Carte des Indes, dea la Chine and des Iles de Sumatra, Java and c. Dressee sur les Memoires les pulus nouveaux and sur les meilleures Observations, tirees des Relations les plus fideles.
1719 (undated) 20 x 19.5 in (50.8 x 49.53 cm)
1 : 17098000
An exceptional 1719 map of the East India Islands by Henri Chatelain. Centered on China, Chatelain's map covers from the Caspian Sea to the semi-mythical Terre de la Compagnie and India to New Guinea. It provides extraordinary detail throughout with topography rendered in profile and numerous geographical and political elements identified. It includes the modern day nations of Japan, China, Korea, India, Indonesia, Tibet, Bhutan, Nepal, Thailand, Cambodia, Burma, Vietnam, Laos, Malaysia, Singapore, and the Philippines, among others. The map offers much of note.
The sea between Japan and Korea, whose name, either the 'Sea of Korea,' 'East Sea,' or the 'Sea of Japan,' is here identified as both 'Mer de Coree' (Sea of Korea) and 'Mer Orientale' (East Sea), Korea has used the term 'East Sea' since 59 B.C., and many books published before the Japanese annexed Korea make references to the 'East Sea' or 'Sea of Korea.' Over time, neighboring and western countries have identified Korea's East Sea using various different terms. The St. Petersburg Academy of Sciences referred to the East Sea as 'Koreiskoe Mope' or 'Sea of Korea' in their 1745 map of Asia. Other seventeenth and 18th century Russian maps alternate between 'Sea of Korea' and 'Eastern Ocean.' The late 18th century Russian and French explorers Adam Johan von Krusenstern and La Perouse called it the 'Sea of Japan,' a term that became popular worldwide. Nonetheless, the last official map published by the Russians name the East Sea the 'Sea of Korea.' The name is remains a matter of historical and political dispute between the two countries.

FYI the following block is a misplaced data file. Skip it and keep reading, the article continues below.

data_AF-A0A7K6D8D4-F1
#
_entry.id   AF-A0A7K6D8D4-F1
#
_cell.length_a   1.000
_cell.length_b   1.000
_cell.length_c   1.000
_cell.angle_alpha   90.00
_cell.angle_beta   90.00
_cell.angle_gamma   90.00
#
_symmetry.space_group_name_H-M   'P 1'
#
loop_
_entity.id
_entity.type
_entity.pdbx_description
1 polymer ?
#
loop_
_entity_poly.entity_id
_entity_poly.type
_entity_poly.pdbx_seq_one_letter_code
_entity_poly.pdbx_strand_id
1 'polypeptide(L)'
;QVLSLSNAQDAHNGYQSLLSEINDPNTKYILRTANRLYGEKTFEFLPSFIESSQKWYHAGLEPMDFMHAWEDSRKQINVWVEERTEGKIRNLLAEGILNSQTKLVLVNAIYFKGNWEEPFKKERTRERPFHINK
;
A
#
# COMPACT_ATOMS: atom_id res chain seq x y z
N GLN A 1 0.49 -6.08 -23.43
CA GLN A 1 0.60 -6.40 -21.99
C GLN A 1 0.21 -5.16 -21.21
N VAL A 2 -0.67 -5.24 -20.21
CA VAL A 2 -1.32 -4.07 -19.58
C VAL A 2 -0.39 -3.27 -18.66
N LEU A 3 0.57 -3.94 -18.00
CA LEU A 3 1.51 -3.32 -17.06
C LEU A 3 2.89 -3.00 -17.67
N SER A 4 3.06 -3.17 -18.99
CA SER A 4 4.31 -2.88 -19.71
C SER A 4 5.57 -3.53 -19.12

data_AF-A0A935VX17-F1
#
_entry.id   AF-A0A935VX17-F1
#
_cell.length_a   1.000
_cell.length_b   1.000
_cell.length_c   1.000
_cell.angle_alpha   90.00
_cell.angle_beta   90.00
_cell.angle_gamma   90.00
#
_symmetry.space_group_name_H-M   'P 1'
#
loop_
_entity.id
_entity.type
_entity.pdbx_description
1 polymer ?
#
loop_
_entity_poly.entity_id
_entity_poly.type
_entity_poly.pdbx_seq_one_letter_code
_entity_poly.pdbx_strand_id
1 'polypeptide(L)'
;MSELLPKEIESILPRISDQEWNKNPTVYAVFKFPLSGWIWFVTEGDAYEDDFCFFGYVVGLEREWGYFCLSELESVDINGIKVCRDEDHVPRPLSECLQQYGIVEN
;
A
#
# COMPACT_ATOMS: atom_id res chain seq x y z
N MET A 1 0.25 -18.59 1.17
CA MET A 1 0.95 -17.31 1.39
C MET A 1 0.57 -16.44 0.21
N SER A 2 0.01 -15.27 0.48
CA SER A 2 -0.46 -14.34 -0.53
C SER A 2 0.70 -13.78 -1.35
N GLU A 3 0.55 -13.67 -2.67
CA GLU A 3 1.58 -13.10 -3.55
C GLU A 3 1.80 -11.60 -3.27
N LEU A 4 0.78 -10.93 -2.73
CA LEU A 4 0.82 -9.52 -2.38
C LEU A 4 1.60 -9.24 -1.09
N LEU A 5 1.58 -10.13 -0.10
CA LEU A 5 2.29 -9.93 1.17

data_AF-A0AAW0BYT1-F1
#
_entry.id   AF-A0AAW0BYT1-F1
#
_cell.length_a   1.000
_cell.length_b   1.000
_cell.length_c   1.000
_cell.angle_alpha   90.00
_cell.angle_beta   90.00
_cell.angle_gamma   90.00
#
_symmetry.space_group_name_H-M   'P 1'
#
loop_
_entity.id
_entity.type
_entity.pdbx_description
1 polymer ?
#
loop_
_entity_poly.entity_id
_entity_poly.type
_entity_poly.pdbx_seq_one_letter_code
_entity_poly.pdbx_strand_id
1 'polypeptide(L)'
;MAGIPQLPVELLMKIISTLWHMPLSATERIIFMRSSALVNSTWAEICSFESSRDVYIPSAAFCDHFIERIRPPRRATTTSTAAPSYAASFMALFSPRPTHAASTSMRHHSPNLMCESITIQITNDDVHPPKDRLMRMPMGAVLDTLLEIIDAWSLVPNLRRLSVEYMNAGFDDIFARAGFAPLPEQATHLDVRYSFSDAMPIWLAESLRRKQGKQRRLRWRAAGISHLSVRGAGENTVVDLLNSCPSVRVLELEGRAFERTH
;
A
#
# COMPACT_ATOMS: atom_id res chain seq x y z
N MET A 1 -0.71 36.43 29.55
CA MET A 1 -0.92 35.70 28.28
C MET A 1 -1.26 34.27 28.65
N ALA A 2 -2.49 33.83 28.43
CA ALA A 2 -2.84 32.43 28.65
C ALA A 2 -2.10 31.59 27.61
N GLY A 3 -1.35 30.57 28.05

Hokkaido, or as it is mapped here, Yeco, is connected to the mainland of Asia, reflecting a common misunderstanding about this region that persisted until the late 18th century. Just to the northeast of Japan, separated from the mainland by the Detroit d'Uries, we find Terre de La Compagnie. Terre de la Compagnie, sometimes also called Gamma Land, is essentially an embryonic mapping of the Kuril Islands. These islands were discovered by Maerten de Vries and Cornelis Jansz Coen's 1643 VOC expedition to the region in search of Juan de Gama's land of gold and silver. Various subsequent navigators claim to have seen these lands, but it was left to Vitus Bering to finally debunk the myth. In 1729, Bering spent three days in the region looking Compagnie island but never found it. These curious islands remained on maps for about 50 years following Bering's voyages until the explorations of Cook confirmed the his findings.
Chatelain maps, but does not name, the apocryphal Lake of Chiamay roughly in what is today Assam, India. Early cartographers postulated that such a lake must exist to source the four important Southeast Asian river systems: the Irrawaddy, the Dharla, the Chao Phraya, and the Brahmaputra. This lake began to appear in maps of Asia as early as the 16th century and persisted well into the mid-18th century. Its origins are unknown but may originate in a lost 16th century geography prepared by the Portuguese scholar Jao de Barros. It was also heavily discussed in the journals of Sven Hedin, who believed it to be associated with Indian legend that a sacred lake linked several of the holy subcontinent river systems. There are even records that the King of Siam led an invasionary force to take control of the lake in the 16th century. Nonetheless, the theory of Lake Chiamay was ultimately disproved and it disappeared from maps entirely by the 1760s. Chatelain offers an interesting take on the lake, suggesting that even as early as 1719, the idea of Chiamay was falling out of favor. Here the lake is mapped, but it is not specifically connected to any of the river systems of Asia.
This chart was issued as plate no. 45 in volume 5 of Chatelain's Atlas Historique.
Henri Abraham Chatelain (1684 - 1743) was a Huguenot pastor of Parisian origins. He lived consecutively in Paris, St. Martins, London (c. 1710), The Hague (c. 1721) and Amsterdam (c. 1728). He is best known as a Dutch cartographer and more specifically for his cartographic contribution in the seminal seven volume Atlas Historique, published in Amsterdam between 1705 and 1720. Innovative for its time, the Atlas Historique combined fine engraving and artwork with scholarly studies of geography, history, ethnology, heraldry, and cosmography. Some scholarship suggests that the Atlas Historique was not exclusively compiled by Henri Chatelain, as is commonly believed, but rather was a family enterprise involving Henri, his father Zacharie and his brother, also Zacharie.
Chatelain, A. H., Atlas Historique, (Amsterdam: L'Honore & Chatelain), vol 4, 1719.
Very good condition. Stong impression.
National Library of Australia, MAP RM 281.